The U.S. Supreme Court earlier this week rejected a petition by several banks hoping to review a May ruling that challenged the statute of limitations on when federal regulators could sue financial institutions, in this case regarding mortgage-backed securities.
Last may, the Second Circuit court granted the Federal Deposit Insurance Corporation “extender provisions” that allowed the FDIC to sue banks regarding mortgage-backed securities purchased by the now-defunct Colonial Bank of Montgomery, Ala. The challenge was based on the fact that the FDIC filed its claims after the three-year mark to sue, according to the Securities Act of 1933.
The ruling was related to a 2013 ruling in a case concerning UBS that opened the door for what several banks thought was an overreach of federal securities laws defining the time frame when institutions could have suits brought against them.
In October, several banks‒‒First Horizon, Credit Suisse, Deutsche Bank, HSBC, RBS, UBS, and Wells Fargo‒‒petitioned the court in October to review a ruling in the U.S. Court of Appeals that allows the FDIC more time to sue banks. The banks at the time faced a dozen lawsuits from federal regulators, amounting to more than $30 billion in claims.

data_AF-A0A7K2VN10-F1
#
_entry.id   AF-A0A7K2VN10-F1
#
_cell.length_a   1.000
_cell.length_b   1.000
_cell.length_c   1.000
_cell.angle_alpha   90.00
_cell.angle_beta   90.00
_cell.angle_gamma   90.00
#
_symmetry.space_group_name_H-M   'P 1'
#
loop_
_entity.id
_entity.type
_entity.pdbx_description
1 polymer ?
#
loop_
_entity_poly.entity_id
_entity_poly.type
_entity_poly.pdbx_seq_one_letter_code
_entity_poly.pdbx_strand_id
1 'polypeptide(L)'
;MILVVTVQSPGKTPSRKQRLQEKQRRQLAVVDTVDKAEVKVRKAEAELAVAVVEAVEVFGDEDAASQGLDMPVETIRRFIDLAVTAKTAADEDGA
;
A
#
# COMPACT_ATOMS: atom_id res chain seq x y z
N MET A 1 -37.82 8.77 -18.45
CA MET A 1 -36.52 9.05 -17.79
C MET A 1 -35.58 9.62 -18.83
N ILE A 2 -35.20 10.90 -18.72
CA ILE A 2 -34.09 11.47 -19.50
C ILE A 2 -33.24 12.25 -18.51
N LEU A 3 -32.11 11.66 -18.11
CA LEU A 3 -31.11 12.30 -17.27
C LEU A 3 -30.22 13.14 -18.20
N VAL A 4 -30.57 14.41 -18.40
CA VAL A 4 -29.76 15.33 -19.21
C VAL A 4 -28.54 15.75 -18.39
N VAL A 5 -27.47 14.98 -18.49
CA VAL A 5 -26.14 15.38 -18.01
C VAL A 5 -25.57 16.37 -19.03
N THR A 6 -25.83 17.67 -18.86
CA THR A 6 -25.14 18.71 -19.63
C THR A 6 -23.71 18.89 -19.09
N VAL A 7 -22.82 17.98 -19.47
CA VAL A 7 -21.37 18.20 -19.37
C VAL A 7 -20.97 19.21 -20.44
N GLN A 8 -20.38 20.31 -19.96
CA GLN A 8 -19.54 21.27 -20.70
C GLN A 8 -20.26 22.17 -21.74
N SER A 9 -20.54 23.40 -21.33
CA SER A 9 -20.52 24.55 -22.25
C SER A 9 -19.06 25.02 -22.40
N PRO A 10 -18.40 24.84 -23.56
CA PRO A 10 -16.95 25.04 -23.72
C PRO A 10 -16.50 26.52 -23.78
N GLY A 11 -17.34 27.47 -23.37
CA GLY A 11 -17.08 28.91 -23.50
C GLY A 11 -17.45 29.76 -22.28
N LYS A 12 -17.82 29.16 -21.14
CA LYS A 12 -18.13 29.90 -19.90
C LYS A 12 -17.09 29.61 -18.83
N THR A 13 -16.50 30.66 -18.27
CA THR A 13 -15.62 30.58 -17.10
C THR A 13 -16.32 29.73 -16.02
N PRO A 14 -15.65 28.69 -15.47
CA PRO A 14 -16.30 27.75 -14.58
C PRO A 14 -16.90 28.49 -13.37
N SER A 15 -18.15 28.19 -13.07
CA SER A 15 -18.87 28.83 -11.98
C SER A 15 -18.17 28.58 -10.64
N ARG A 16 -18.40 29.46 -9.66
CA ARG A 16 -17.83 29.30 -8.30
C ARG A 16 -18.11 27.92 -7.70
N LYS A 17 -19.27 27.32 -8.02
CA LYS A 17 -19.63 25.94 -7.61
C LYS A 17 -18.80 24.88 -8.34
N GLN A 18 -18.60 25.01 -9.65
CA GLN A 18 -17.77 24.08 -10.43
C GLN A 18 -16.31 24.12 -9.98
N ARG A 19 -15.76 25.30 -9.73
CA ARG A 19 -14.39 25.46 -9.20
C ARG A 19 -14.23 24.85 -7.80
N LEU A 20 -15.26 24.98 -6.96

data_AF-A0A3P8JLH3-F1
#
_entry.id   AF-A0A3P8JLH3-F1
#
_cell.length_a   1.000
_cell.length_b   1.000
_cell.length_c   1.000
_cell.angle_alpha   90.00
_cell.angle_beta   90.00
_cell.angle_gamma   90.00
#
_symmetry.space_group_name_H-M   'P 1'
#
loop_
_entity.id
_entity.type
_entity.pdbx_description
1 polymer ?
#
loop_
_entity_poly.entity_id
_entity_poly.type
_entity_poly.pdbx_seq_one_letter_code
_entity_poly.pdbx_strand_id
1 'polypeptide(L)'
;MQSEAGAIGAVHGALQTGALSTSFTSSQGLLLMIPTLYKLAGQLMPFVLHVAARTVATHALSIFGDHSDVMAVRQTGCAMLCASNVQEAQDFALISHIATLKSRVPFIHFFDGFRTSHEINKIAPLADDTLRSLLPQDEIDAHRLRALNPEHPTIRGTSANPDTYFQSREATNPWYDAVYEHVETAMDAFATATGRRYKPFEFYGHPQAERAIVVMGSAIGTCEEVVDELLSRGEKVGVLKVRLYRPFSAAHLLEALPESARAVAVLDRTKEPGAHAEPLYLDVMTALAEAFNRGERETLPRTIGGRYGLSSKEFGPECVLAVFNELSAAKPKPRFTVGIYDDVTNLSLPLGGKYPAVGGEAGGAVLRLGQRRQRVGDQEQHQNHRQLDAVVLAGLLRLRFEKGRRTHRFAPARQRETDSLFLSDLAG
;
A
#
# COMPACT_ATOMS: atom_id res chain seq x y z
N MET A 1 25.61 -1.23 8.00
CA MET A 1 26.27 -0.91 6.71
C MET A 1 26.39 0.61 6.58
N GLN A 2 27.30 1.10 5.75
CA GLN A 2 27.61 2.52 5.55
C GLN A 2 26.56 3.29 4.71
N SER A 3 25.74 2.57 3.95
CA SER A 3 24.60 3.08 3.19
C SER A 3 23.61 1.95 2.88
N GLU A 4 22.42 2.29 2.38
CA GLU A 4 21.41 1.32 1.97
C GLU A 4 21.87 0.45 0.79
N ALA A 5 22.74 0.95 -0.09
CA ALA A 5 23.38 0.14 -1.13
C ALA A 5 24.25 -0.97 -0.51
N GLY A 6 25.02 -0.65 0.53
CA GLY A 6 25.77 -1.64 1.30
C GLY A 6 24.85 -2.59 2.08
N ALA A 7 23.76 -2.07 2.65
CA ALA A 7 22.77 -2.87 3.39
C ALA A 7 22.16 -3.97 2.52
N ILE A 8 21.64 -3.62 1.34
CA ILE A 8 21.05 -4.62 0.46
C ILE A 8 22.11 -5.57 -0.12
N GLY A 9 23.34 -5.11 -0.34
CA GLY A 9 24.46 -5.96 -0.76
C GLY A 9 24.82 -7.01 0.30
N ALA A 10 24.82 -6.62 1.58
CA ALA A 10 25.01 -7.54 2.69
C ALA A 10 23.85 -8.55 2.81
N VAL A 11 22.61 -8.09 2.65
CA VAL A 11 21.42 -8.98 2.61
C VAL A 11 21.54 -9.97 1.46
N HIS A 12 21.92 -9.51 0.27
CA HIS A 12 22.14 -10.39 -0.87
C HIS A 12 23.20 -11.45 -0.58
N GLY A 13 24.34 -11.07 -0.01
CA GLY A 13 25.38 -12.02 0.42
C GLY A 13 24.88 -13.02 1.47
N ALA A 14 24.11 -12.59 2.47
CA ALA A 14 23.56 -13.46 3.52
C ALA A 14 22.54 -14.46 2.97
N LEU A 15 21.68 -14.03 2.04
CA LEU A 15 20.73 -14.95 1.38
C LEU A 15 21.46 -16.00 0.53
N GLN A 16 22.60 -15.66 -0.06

On Monday, the Supreme Court concluded that the banks’ case “concerns a purely legal question of federal statutory interpretation” of whether the extender provision overstepped the Securities Act’s Financial Institutions Reform, Recovery, and Enforcement Act of 1989 (FIRREA) statute.
“The defendants have not identified any aspect of the Supreme Court’s decision in CTS that requires us to revisit our UBS holding,” the Monday ruling stated. “Accordingly, that holding controls this case, and mandates the conclusion that the FDIC’s complaint was timely.”
Robert J. Giuffria, Partner with Sullivan & Cromwell, representing the banks, said in an email to DS News, “We're disappointed and hope the court decides to review this important legal issue in a later case.”
Click here to view the Supreme Court's decision.